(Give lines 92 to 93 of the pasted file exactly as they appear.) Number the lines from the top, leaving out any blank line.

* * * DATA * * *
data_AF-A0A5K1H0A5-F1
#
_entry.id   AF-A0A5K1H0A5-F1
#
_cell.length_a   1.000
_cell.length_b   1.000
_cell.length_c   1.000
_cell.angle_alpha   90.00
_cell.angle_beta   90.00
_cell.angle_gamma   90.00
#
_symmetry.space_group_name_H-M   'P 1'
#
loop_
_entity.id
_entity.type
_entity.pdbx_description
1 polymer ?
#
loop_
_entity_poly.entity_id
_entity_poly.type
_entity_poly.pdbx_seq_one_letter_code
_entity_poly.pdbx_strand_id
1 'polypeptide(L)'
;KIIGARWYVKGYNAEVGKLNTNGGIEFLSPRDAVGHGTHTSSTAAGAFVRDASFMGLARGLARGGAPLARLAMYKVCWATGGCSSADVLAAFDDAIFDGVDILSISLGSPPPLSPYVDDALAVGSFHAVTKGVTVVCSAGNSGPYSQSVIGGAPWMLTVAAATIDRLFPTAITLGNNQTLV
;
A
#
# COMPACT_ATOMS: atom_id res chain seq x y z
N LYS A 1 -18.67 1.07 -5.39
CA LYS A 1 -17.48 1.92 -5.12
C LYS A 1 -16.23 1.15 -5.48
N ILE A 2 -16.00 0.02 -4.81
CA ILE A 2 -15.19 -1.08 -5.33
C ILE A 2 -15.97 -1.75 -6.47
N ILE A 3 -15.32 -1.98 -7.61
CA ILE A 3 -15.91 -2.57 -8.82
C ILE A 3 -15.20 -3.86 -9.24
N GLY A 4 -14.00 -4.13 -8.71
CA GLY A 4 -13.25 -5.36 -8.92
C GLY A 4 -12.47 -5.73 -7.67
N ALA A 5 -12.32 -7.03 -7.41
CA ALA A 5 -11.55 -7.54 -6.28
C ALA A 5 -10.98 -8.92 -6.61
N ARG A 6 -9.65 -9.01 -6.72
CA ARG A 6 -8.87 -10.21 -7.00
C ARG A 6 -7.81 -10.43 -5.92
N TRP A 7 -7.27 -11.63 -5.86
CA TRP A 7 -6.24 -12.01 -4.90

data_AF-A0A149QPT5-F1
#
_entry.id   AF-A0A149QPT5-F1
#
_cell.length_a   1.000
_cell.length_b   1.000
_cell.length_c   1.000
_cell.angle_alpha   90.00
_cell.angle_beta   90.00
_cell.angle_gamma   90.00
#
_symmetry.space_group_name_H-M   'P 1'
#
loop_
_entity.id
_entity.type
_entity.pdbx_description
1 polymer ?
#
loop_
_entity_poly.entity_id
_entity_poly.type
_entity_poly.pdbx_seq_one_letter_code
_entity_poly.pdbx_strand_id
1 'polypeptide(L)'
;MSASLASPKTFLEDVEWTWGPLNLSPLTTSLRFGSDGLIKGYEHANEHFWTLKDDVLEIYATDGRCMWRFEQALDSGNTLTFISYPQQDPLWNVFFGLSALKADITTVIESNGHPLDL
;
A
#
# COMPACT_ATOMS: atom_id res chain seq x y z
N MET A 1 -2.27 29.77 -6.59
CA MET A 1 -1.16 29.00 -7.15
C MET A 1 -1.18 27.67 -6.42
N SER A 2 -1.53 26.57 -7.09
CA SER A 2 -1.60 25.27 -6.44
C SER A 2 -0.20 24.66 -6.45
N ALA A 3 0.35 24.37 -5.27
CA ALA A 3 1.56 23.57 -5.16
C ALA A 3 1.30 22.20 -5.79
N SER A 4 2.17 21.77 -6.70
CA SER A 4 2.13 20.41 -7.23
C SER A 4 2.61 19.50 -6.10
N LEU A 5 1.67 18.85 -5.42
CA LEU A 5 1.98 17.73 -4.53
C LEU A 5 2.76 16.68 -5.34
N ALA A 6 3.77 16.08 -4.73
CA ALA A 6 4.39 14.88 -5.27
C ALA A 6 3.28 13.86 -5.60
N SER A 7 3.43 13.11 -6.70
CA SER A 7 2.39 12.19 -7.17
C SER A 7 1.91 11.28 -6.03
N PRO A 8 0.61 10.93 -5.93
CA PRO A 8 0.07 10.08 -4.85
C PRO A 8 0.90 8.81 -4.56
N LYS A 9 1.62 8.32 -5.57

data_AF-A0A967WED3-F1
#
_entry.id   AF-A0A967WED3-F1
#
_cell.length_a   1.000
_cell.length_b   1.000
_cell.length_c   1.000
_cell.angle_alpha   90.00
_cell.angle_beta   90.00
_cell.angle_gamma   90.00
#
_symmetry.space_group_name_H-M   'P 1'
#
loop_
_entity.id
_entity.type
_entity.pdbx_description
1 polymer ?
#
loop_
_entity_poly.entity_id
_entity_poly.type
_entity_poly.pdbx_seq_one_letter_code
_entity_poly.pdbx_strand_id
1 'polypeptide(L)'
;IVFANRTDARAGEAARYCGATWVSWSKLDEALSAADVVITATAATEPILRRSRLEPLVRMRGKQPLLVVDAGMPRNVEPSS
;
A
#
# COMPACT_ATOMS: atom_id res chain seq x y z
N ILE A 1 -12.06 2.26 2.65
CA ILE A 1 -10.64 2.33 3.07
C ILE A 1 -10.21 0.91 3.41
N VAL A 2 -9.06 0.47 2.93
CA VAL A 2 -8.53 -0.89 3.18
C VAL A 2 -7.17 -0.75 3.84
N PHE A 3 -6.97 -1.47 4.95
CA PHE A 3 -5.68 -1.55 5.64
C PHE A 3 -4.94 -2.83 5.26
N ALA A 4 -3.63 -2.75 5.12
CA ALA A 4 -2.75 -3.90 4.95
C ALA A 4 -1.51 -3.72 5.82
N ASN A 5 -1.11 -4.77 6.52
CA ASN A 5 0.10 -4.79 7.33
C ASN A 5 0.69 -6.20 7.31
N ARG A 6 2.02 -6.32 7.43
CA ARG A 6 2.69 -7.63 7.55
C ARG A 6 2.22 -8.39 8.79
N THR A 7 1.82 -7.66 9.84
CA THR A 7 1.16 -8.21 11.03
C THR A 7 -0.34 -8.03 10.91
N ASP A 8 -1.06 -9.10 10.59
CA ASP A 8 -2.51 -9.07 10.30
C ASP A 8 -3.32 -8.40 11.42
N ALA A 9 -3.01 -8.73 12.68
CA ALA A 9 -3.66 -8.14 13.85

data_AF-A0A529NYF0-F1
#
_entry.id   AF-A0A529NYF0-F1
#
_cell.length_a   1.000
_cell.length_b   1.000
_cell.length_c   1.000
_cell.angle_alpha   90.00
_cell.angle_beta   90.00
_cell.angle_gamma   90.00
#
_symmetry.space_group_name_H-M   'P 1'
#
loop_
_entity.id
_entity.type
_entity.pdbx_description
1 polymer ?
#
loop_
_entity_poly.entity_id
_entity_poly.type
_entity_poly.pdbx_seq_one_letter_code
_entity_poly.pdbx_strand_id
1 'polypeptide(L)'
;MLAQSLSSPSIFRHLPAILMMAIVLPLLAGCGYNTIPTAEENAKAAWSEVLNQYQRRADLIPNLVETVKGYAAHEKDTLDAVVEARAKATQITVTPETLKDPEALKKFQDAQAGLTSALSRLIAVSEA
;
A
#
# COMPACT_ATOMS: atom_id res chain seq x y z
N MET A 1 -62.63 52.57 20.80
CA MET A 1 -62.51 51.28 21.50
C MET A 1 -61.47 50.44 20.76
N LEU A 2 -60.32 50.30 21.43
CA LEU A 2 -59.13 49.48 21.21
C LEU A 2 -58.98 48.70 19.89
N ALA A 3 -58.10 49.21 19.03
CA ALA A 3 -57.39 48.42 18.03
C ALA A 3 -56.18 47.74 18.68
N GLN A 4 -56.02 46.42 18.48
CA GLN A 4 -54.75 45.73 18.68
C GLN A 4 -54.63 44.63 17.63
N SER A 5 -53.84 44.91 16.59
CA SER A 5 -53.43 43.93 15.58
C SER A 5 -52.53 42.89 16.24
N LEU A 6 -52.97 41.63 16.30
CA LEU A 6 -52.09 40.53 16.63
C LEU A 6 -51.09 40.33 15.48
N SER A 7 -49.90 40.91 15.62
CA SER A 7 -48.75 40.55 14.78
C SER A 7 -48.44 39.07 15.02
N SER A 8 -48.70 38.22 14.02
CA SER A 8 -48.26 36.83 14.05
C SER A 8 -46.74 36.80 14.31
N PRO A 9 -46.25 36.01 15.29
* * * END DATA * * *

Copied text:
C SER A 4 2.61 19.50 -6.10
N LEU A 5 1.67 18.85 -5.42